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The Future of Integrative Health Research: Brent Leininger, DC

September 11, 2015

Investigating the cost-effectiveness of chiropractic and other integrative health approaches for spine pain is Brent Leininger’s passion. Leininger, DC, is a chiropractor and junior researcher
in the Center’s Integrative Health & Wellbeing Research Program.

Brent has been mentored for six years by Drs. Gert Brønfort and Roni Evans, who were previously at Northwestern Health Sciences University, and joined the Center in 2014 to form the new Integrative Health & Wellbeing Research Program. When his mentors moved to the Center, Brent had the opportunity to bring his National Institutes of Health (NIH) postdoctoral funding. According to Brent, the NIH fellowship provided him important opportunities to connect with other scientists.

“Gert and Roni have a longstanding track record for conducting high quality clinical research, and have established meaningful collaborations with an expansive network of researchers across the world. Tapping into that was a great experience for me.”

While the experience he gained working with his mentors was valuable, the move to the University of Minnesota gave him an additional career boost. “Being here at the University and at the Center is a lot different than where I was previously. The resources are exponentially greater. My recently submitted proposal for a career development award (K01) to the NIH’s National Center for Complementary and Integrative Health is a great example. I was able to identify mentors and resources across a number of different disciplines here at the University to build a robust career development plan.”

He is appreciative to the Center’s leadership for investing in future healthcare researchers. “The Center’s vision for health aligns with mine. It’s more of a holistic approach, which is important. I’m interested in looking at how integrative health approaches impact peoples’ overall wellbeing.”

The postdoctoral fellowship was the first step on Brent’s career path in research. Three years in length, it provided him the funding to pursue a Master of Science degree in Clinical Research from the University of Minnesota, and to gain extensive practical experience in all aspects of clinical research by working with his mentors. Brønfort is his primary scientific mentor, and is a leading authority on complementary and conservative interventions for spine pain conditions, with a special emphasis on conducting systematic reviews and randomized clinical trials.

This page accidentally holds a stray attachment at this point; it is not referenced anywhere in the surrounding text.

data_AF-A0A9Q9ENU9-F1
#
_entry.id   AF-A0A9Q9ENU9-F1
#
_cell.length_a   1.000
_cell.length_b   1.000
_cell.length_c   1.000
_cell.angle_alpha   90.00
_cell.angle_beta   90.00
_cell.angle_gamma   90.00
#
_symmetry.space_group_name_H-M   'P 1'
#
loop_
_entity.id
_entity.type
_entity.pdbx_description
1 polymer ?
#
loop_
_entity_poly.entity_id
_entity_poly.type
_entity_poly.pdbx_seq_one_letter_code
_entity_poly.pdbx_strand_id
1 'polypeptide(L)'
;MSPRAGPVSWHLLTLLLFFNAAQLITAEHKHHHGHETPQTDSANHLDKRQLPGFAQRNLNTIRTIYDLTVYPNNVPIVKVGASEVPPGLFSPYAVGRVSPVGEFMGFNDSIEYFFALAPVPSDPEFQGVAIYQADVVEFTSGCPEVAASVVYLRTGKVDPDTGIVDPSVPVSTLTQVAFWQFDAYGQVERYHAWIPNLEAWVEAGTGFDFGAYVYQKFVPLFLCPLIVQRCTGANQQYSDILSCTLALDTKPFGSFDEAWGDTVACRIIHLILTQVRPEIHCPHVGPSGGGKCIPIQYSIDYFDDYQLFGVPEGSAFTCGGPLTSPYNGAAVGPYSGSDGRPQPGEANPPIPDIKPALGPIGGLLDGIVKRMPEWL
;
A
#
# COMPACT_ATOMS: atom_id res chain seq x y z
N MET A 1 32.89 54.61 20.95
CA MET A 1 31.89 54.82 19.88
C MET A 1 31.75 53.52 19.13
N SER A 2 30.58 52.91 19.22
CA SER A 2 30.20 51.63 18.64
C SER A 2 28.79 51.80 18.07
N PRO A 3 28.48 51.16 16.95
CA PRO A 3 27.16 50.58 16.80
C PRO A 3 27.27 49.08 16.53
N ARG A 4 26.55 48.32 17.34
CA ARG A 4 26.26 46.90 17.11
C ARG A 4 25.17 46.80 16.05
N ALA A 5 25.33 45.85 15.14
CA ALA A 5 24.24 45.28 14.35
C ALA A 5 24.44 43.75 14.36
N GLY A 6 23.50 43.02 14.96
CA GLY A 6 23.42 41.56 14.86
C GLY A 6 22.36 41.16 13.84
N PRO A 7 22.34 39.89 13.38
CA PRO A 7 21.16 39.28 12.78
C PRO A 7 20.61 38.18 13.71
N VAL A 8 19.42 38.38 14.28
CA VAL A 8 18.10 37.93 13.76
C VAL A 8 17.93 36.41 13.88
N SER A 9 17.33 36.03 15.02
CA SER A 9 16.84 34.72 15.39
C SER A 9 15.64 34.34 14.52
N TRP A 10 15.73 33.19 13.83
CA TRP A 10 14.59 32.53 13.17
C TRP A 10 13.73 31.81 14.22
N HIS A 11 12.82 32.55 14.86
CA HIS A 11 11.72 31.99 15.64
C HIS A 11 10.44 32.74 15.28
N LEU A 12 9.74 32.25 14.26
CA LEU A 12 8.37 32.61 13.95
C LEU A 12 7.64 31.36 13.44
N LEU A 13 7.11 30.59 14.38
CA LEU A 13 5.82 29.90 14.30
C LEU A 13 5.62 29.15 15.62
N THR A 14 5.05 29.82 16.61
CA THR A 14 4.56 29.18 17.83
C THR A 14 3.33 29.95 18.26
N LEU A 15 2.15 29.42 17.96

“Brent is highly motivated, with an excellent work ethic and a keen eye for the nuances of high-quality and relevant health research,” says Brønfort. “His postdoctoral fellowship provided him a wonderful opportunity to expand his research skills and identify a specific career path for which he has passion and aptitude.”

Recently, Leininger completed his three-year Ruth L. Kirschstein National Research Service Award Individual Postdoctoral Fellowship from the NIH, and is awaiting word as to whether his K01 proposal will be funded. “The reviews and score were favorable,” says Leininger. “Receiving the award will allow me to actively pursue the next phase of my research career.” The opportunity to work within the Center as a research fellow is an unquestionable win-win for all! The Center offers a unique setting for dynamic and interdisciplinary training in integrative health research that provides aspiring scientists the skills and support needed to fundamentally shape the nation’s health and wellbeing. Supporting a research fellow is a tangible, highly influential way of advancing the Center’s work.

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The Bakken Center for Spirituality & Healing blog covers a range of integrative health and wellbeing topics. For more information about our blog, contact us at csh@umn.edu